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Thread: Slash Anatomy

  1. #1

    Default Slash Anatomy

    In my quest to expand my chord vocabulary I'm studying more fancy/shmancy chords. My question is about Slash Chords. If the note that is to the right of the chord, which goes in the base, say the F# in a E/F# chord, does that mean that the F# has to be on the low 6th string or does it mean the F# is simply first note of the chord? side bar-I just came up with this E/F# for the sake of discussion.

  2. #2

    Default

    The /F# would imply the bass note of the chord, this could be a note from the chord which makes it an inversion, or a completely different note. It doesn't have to be on the 6th string but it will be the lowest note of those being played.
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  3. #3

    Angry

    Quote Originally Posted by PosterBoy View Post
    The /F# would imply the bass note of the chord, this could be a note from the chord which makes it an inversion, or a completely different note. It doesn't have to be on the 6th string but it will be the lowest note of those being played.
    Ok, cool, thanks PosterBoy.
    On the face of it slash chords look simple, but I fear there is more to them than meets the eye, why else would BC do 2 courses devoted to them? Aaarrrrhhhgggg!

  4. #4

    Default

    OH MY GOD!
    I checked out the first lesson on Slash Chord Progressions and this slash chord is presented F/D, which is a Dm7, so why make a freakin slash chord out of it! Just call it a Dm7-No wonder I can't play guitar.

  5. #5

    Default

    Quote Originally Posted by mysticguitar View Post
    this slash chord is presented F/D, which is a Dm7, so why make a freakin slash chord out of it! Just call it a Dm7
    Mystic, one thing to understand is that the note after the slash is the bass note. That is, the D in a Dm7 chord can appear anywhere in the chord (low voice, high voice, etc.) and can appear multiple times. But the D in a F/D chord should only appear in the bass.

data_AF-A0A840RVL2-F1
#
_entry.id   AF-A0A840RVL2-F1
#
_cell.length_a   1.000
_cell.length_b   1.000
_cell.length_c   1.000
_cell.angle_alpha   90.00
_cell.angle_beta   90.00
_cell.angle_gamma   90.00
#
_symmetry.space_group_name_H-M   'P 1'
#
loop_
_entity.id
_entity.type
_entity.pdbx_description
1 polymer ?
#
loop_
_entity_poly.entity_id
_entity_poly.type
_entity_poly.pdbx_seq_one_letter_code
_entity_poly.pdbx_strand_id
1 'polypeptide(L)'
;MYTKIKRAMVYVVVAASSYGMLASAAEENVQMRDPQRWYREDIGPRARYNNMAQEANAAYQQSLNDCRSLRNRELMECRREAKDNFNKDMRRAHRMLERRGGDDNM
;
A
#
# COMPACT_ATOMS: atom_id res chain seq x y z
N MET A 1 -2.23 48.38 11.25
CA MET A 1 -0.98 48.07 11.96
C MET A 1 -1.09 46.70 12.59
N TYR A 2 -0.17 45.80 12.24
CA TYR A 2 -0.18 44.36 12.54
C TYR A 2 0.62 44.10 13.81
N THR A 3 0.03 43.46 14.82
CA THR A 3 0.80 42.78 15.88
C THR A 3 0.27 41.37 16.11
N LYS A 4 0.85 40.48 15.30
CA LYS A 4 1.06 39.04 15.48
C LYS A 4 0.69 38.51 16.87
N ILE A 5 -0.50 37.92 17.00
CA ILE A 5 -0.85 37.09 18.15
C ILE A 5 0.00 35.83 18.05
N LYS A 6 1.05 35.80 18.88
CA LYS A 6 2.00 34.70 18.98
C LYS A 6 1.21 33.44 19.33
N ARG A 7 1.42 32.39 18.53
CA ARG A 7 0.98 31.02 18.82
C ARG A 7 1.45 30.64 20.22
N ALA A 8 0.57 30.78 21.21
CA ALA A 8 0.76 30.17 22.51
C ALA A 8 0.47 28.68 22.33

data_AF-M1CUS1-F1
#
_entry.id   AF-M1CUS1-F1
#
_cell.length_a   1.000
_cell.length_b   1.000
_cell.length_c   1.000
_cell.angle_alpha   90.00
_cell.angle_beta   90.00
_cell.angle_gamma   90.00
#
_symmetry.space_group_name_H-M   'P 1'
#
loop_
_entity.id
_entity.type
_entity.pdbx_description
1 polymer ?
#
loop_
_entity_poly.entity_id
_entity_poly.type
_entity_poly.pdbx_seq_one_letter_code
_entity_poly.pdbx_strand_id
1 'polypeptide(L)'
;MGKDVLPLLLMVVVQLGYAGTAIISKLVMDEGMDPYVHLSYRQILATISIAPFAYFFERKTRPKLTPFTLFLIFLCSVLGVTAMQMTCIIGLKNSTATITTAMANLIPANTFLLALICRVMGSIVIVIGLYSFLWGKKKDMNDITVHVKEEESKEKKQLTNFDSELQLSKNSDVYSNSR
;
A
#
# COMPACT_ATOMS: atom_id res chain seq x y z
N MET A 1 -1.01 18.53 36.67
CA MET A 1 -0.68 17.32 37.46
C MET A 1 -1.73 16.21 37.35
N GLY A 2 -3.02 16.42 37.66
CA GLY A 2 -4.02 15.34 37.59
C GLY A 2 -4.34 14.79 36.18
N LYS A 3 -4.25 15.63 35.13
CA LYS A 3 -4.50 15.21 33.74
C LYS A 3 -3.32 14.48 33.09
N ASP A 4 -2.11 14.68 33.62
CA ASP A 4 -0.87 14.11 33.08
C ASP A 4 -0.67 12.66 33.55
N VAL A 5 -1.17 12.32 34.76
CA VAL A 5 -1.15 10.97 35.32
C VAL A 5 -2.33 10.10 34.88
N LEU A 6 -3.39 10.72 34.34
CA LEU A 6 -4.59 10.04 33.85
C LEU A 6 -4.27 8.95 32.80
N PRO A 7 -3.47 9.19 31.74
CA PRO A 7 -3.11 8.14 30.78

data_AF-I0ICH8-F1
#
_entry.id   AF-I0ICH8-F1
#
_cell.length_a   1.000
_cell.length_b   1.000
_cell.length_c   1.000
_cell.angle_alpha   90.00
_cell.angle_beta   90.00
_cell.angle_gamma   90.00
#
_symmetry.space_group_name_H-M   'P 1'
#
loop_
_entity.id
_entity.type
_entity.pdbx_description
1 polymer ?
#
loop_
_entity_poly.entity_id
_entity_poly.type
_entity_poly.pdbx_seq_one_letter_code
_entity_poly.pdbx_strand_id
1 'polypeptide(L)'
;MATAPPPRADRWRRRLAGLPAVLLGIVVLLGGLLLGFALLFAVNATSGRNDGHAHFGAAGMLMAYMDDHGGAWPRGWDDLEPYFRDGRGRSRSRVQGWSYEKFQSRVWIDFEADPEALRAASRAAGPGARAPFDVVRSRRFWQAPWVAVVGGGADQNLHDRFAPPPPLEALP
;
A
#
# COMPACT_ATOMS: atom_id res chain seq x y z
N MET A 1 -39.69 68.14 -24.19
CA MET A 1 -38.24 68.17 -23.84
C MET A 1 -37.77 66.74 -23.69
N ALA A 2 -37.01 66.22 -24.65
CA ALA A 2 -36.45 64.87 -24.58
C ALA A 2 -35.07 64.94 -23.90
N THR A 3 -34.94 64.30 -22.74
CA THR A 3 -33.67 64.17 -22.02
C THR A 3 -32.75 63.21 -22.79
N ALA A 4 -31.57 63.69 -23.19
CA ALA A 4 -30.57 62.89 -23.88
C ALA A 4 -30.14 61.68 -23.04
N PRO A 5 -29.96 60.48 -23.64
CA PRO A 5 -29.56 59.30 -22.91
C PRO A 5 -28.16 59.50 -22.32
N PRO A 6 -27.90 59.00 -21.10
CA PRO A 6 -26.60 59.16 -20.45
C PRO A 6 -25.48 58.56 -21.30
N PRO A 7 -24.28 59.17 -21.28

6. #6

    Default

    Quote Originally Posted by DjangoTango View Post
    Mystic, one thing to understand is that the note after the slash is the bass note. That is, the D in a Dm7 chord can appear anywhere in the chord (low voice, high voice, etc.) and can appear multiple times. But the D in a F/D chord should only appear in the bass.
    God I'm ignorant, and embarrassed, that makes alot of sense, thank you Django and thank you.

  7. #7
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    While F/D and Dm7 are both valid chords in 'C' (the key the lesson is presented in), the Dm7 is the ii chord while the F is the IV. So with that in mind you will approach playing over these chords differently. And the note choices can be tailored to a major rather than minor tone structure.

    That's the theory at least. I'm nowhere near that sophisticated in ability, but I work with math for a living so music theory is just numbers and formulas to me. I still don't fully internalize modes yet, even though I can look at the theory and figure my way through. Kinda like quantum physics is guess.
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